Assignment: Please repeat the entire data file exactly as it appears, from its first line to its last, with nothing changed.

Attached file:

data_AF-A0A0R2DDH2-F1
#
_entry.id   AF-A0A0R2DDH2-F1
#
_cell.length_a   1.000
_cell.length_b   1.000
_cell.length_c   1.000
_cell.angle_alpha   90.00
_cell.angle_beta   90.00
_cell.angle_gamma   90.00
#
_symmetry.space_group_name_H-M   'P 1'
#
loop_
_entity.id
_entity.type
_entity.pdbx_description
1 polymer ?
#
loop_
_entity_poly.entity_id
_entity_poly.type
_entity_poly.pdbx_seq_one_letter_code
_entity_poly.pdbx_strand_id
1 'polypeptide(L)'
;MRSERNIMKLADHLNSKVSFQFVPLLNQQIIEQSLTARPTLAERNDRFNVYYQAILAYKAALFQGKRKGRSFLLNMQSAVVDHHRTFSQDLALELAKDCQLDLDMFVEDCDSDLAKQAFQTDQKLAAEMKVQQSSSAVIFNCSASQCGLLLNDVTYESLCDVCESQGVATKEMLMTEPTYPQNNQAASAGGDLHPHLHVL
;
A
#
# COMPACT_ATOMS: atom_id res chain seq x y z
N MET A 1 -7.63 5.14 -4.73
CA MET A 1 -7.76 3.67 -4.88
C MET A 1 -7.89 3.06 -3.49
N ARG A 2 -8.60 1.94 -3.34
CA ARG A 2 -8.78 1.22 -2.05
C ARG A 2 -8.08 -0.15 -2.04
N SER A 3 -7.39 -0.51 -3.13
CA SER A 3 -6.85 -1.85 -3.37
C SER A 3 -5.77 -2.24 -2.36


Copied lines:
data_AF-A0A0R2DDH2-F1
#
_entry.id   AF-A0A0R2DDH2-F1
#
_cell.length_a   1.000
_cell.length_b   1.000
_cell.length_c   1.000
_cell.angle_alpha   90.00
_cell.angle_beta   90.00
_cell.angle_gamma   90.00
#
_symmetry.space_group_name_H-M   'P 1'
#
loop_
_entity.id
_entity.type
_entity.pdbx_description
1 polymer ?
#
loop_
_entity_poly.entity_id
_entity_poly.type
_entity_poly.pdbx_seq_one_letter_code
_entity_poly.pdbx_strand_id
1 'polypeptide(L)'
;MRSERNIMKLADHLNSKVSFQFVPLLNQQIIEQSLTARPTLAERNDRFNVYYQAILAYKAALFQGKRKGRSFLLNMQSAVVDHHRTFSQDLALELAKDCQLDLDMFVEDCDSDLAKQAFQTDQKLAAEMKVQQSSSAVIFNCSASQCGLLLNDVTYESLCDVCESQGVATKEMLMTEPTYPQNNQAASAGGDLHPHLHVL
;
A
#
# COMPACT_ATOMS: atom_id res chain seq x y z
N MET A 1 -7.63 5.14 -4.73
CA MET A 1 -7.76 3.67 -4.88
C MET A 1 -7.89 3.06 -3.49
N ARG A 2 -8.60 1.94 -3.34
CA ARG A 2 -8.78 1.22 -2.05
C ARG A 2 -8.08 -0.15 -2.04
N SER A 3 -7.39 -0.51 -3.13
CA SER A 3 -6.85 -1.85 -3.37
C SER A 3 -5.77 -2.24 -2.36